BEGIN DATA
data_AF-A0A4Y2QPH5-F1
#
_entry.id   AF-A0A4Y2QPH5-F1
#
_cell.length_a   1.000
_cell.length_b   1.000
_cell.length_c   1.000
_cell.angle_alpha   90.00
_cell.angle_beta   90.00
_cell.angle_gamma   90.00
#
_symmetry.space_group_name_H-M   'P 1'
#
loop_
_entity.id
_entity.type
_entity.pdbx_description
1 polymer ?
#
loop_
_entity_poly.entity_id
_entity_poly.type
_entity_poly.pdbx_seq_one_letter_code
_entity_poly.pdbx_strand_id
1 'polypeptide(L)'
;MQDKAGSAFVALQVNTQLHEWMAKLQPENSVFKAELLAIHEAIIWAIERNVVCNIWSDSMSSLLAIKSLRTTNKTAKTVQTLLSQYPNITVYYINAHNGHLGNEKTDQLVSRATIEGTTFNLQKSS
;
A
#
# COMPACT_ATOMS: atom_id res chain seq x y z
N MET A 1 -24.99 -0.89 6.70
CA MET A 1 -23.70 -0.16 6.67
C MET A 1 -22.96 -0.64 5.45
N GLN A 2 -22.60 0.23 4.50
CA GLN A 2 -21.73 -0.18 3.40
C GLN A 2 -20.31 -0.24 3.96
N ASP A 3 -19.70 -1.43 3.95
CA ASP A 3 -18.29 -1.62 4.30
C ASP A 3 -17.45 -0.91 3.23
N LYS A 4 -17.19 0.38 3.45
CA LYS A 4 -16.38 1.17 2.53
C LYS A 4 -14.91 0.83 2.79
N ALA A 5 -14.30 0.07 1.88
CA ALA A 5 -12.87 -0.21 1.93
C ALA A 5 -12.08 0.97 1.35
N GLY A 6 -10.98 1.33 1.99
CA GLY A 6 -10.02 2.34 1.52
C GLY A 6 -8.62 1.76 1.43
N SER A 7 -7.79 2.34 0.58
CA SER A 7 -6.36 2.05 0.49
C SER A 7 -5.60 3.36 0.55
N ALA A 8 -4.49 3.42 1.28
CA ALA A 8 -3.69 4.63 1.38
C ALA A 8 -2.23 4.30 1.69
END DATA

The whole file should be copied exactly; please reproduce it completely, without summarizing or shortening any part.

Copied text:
data_AF-A0A4Y2QPH5-F1
#
_entry.id   AF-A0A4Y2QPH5-F1
#
_cell.length_a   1.000
_cell.length_b   1.000
_cell.length_c   1.000
_cell.angle_alpha   90.00
_cell.angle_beta   90.00
_cell.angle_gamma   90.00
#
_symmetry.space_group_name_H-M   'P 1'
#
loop_
_entity.id
_entity.type
_entity.pdbx_description
1 polymer ?
#
loop_
_entity_poly.entity_id
_entity_poly.type
_entity_poly.pdbx_seq_one_letter_code
_entity_poly.pdbx_strand_id
1 'polypeptide(L)'
;MQDKAGSAFVALQVNTQLHEWMAKLQPENSVFKAELLAIHEAIIWAIERNVVCNIWSDSMSSLLAIKSLRTTNKTAKTVQTLLSQYPNITVYYINAHNGHLGNEKTDQLVSRATIEGTTFNLQKSS
;
A
#
# COMPACT_ATOMS: atom_id res chain seq x y z
N MET A 1 -24.99 -0.89 6.70
CA MET A 1 -23.70 -0.16 6.67
C MET A 1 -22.96 -0.64 5.45
N GLN A 2 -22.60 0.23 4.50
CA GLN A 2 -21.73 -0.18 3.40
C GLN A 2 -20.31 -0.24 3.96
N ASP A 3 -19.70 -1.43 3.95
CA ASP A 3 -18.29 -1.62 4.30
C ASP A 3 -17.45 -0.91 3.23
N LYS A 4 -17.19 0.38 3.45
CA LYS A 4 -16.38 1.17 2.53
C LYS A 4 -14.91 0.83 2.79
N ALA A 5 -14.30 0.07 1.88
CA ALA A 5 -12.87 -0.21 1.93
C ALA A 5 -12.08 0.97 1.35
N GLY A 6 -10.98 1.33 1.99
CA GLY A 6 -10.02 2.34 1.52
C GLY A 6 -8.62 1.76 1.43
N SER A 7 -7.79 2.34 0.58
CA SER A 7 -6.36 2.05 0.49
C SER A 7 -5.60 3.36 0.55
N ALA A 8 -4.49 3.42 1.28
CA ALA A 8 -3.69 4.63 1.38
C ALA A 8 -2.23 4.30 1.69